228 F2d 254 Goldring v. Town-Moor
228 F.2d 254
Patent Appeal No. 6165.
United States Court of Customs and Patent Appeals.
December 21, 1955.
Henry L. Burkitt, New York City, for appellant.
Maxwell James, New York City (James & Franklin, New York City, of counsel), for appellee.
Before O'CONNELL, Acting Chief Judge, and JOHNSON, WORLEY, COLE and JACKSON (retired), Judges.
This is an appeal from the decision of the Assistant Commissioner of Patents, affirming the action of the Examiner of Interferences in dismissing appellant's petition for cancellation of appellee's registration, No. 519,972, of the trademark "Town-Moor" for ladies' coats, issued January 17, 1950, on an application filed May 1, 1948.
The petition for cancellation was based on appellant's ownership and use of the name "Townley" as a trade-mark for clothing, including ladies' coats, appellant being the owner of the name, registration No. 296,939, granted August 23, 1932, under the Trade-Mark Act of 1920.1 It appears that priority of appellant's use and ownership of its mark has not been questioned by the appellee, and that the latter agrees the goods to which the marks of the parties are applied are of the same descriptive properties.
The Examiner of Interferences held that the marks "Townley" and "Town-Moor" are confusingly similar, basing that holding on decisions of the Commissioner of Patents in Goldring Merchandising Corp. v. Matthew M. Adler, Ltd., 78 U.S.P.Q. 290, and Goldring, Inc., v. The Printz-Biederman Company, 89 U.S. P.Q. 285. In the former case the mark "Towne Deb," "Towne" being disclaimed, was held to be confusingly similar to "Townley," and in the latter case "Zip-Townster" was held confusingly similar to "Townley." However, the examiner was of the opinion appellant was estopped by laches from asserting that it would be damaged by the appellee's registration, and accordingly dismissed the petition for cancellation.
The Assistant Commissioner, without referring specifically to the decisions cited by the Examiner of Interferences, held that "Townley" and "Town-Moor" were not confusingly similar; that there were no other facts from which damage to the appellant could be presumed; and accordingly affirmed the action of the examiner without passing on the question of laches.
The primary question raised by this appeal is whether the marks involved are confusingly similar. If they are not, the decision appealed from must be affirmed; if they are, the question of laches must be considered.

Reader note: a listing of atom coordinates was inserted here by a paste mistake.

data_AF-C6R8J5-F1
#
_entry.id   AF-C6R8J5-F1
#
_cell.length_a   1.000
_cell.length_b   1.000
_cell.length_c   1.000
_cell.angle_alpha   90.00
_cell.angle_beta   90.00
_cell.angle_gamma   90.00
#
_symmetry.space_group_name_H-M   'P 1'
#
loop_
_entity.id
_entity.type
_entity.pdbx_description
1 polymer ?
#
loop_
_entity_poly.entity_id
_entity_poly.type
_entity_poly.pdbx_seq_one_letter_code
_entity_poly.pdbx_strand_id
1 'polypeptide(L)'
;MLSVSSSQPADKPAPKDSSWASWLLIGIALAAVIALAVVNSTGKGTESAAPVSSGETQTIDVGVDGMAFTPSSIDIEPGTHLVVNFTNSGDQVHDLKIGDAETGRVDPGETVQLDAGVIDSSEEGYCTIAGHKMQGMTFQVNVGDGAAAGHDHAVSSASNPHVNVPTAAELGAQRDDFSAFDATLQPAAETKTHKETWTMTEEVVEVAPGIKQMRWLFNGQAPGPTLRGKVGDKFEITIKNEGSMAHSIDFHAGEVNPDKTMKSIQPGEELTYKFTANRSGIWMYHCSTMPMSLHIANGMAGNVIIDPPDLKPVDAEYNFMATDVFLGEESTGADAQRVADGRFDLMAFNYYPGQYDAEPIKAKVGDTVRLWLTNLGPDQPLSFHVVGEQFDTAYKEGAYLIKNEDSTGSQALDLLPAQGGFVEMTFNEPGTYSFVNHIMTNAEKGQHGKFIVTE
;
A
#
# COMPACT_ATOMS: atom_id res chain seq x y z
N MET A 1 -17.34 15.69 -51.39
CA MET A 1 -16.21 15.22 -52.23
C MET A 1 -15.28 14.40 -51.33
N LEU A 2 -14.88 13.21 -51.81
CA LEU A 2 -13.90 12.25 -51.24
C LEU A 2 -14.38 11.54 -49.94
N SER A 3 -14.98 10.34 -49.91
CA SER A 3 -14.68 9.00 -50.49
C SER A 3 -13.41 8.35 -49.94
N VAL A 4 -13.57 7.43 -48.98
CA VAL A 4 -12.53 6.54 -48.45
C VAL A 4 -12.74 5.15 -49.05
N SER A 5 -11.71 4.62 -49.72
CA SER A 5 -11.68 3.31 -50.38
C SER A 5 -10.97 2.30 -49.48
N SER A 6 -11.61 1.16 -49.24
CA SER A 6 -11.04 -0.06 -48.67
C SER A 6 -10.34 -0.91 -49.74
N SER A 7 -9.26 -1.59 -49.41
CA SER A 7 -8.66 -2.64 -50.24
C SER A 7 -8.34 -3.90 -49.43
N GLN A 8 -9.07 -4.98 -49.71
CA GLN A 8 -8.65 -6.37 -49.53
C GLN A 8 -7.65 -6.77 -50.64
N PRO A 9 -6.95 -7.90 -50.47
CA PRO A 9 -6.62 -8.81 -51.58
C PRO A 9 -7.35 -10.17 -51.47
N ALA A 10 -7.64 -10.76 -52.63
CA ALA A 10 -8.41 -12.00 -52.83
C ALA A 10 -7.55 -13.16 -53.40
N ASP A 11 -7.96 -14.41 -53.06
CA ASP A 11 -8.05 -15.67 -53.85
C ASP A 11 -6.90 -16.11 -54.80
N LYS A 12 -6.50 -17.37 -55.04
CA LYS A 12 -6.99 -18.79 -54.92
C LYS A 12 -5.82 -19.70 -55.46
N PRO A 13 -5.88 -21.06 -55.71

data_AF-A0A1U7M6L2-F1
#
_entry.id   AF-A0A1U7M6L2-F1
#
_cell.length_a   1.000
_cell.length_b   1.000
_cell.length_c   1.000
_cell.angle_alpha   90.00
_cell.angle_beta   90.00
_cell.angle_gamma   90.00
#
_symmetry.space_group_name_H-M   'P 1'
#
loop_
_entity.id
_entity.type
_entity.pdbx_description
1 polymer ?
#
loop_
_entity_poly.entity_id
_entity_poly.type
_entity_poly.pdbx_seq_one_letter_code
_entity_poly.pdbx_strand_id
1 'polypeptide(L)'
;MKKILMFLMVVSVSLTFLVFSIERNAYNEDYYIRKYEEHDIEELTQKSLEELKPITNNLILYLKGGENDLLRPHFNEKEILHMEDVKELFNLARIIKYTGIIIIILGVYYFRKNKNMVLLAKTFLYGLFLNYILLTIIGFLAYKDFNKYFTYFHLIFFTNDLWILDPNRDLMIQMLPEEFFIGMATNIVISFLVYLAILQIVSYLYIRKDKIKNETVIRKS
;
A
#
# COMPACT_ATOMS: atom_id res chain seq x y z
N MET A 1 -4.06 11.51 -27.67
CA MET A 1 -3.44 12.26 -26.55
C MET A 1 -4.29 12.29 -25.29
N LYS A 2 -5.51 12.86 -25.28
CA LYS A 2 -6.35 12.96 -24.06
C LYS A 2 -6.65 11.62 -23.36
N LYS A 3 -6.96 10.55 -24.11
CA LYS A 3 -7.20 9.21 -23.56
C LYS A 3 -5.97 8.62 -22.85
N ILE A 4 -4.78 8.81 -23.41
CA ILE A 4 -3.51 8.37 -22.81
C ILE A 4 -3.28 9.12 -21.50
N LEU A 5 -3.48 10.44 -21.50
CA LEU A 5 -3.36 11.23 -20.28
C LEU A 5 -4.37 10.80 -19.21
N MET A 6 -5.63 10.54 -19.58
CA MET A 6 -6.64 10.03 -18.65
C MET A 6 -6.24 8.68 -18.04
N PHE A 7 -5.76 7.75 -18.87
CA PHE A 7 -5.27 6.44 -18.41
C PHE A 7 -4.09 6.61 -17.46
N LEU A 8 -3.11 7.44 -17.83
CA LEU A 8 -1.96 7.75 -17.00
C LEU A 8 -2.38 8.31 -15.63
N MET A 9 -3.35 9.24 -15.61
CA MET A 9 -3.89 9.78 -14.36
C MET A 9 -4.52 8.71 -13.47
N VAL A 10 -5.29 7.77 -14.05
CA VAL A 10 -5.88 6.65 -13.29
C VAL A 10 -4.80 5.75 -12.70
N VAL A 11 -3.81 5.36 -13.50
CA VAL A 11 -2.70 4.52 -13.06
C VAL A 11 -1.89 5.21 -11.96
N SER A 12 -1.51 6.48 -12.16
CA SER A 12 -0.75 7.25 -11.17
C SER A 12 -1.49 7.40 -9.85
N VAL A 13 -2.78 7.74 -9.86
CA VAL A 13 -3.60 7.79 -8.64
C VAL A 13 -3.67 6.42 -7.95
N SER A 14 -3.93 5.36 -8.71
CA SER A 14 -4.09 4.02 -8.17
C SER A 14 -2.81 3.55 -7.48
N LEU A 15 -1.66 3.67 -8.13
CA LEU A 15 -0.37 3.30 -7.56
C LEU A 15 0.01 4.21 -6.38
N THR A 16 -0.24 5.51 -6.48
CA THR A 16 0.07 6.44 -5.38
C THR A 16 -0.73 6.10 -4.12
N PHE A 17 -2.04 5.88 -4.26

It is to be noted that the word "Townley," although it has allegedly acquired a secondary meaning as identifying appellant's goods, appears to be primarily a surname and would be recognized as such, whereas "Town-Moor" is apparently a coined mark. It is asserted by appellant that the final syllable of "Townley" is derived from the word "lea," and that "Townley" therefore means "town meadow" and has substantially the same meaning as "Town-Moor." Assuming, however, that the name "Townley" has the derivation suggested, we are of the opinion that it would not be generally understood as having any connection with a meadow. The word "lea" is of comparatively rare occurrence and is not ordinarily associated with the "ley" which forms part of many such common surnames as Buckley, Bradley, Foley, Stanley, etc.
The only similarity between the marks here under consideration resides in the word "Town," and it is apparent from the record that that word is commonly used as a part of trade-marks or trade-names for various kinds of merchandise, including clothing. Under such circumstances appellant can have no exclusive right to the use of the word "Town" per se.
While it is well settled that, in determining the question of confusing similarity, the marks involved must be considered as a whole, it has been repeatedly held that marks will not ordinarily be considered confusingly similar if they resemble each other only by the inclusion of a word which is in the public domain. Patton Paint Co. v. Sunset Paint Co., 53 App.D.C. 348, 290 F. 323 (Sun Glo and Sun Proof); Franco-Italian Packing Corp. v. Van Camp Sea Food Co., Inc., 142 F.2d 274, 31 C.C.P.A., Patents, 1029 (Gem-of-the-Sea and Chicken of the Sea); Valpo Co. v. Solis, Entrialgo y Compania, 175 F.2d 457, 36 C.C.P.A., Patents, 1160 (Love Lane and Forbidden Love); Rite-Rite Mfg. Co. v. Rite-Craft Co., 181 F.2d 226, 37 C.C.P.A., Patents, 963 (Rite-Rite and Rite-Craft); In re Blue Lake Producers Cooperative, 194 F. 2d 126, 39 C.C.P.A., Patents, 805 (Oregon's Finest and Oregon Fruit Products), and Schaffner & Marx v. Empire Mfg. Co., 197 F.2d 558, 39 C.C.P.A., Patents, 1042 (Dixie Leader and Dixie Weave).
As above noted, appellant's mark "Townley" has been held by former Assistant Commissioners to be confusingly similar to both "Towne Deb" and "Zip-Townster," but it does not appear that the common use of the word "Town" in trade-marks and trade-names was brought out in either of those cases. However, assuming those decisions are in conflict with that of the Assistant Commissioner in the instant case, they must be regarded as having been overruled thereby.
Upon consideration of the instant marks in their entireties, and in accordance with the principles above noted, we are of the opinion that such marks are not confusingly similar, and that appellant's petition for cancellation of appellee's mark was therefore properly dismissed. It is accordingly unnecessary to consider the issue of laches as urged by appellee.
The decision appealed from is affirmed.
JACKSON, Judge, retired, recalled to participate.
1. Now 15 U.S.C.A. §§ 1057(e), 1091, 1092, 1094, 1111, 1113, 1114, 1117, 1125, 1126.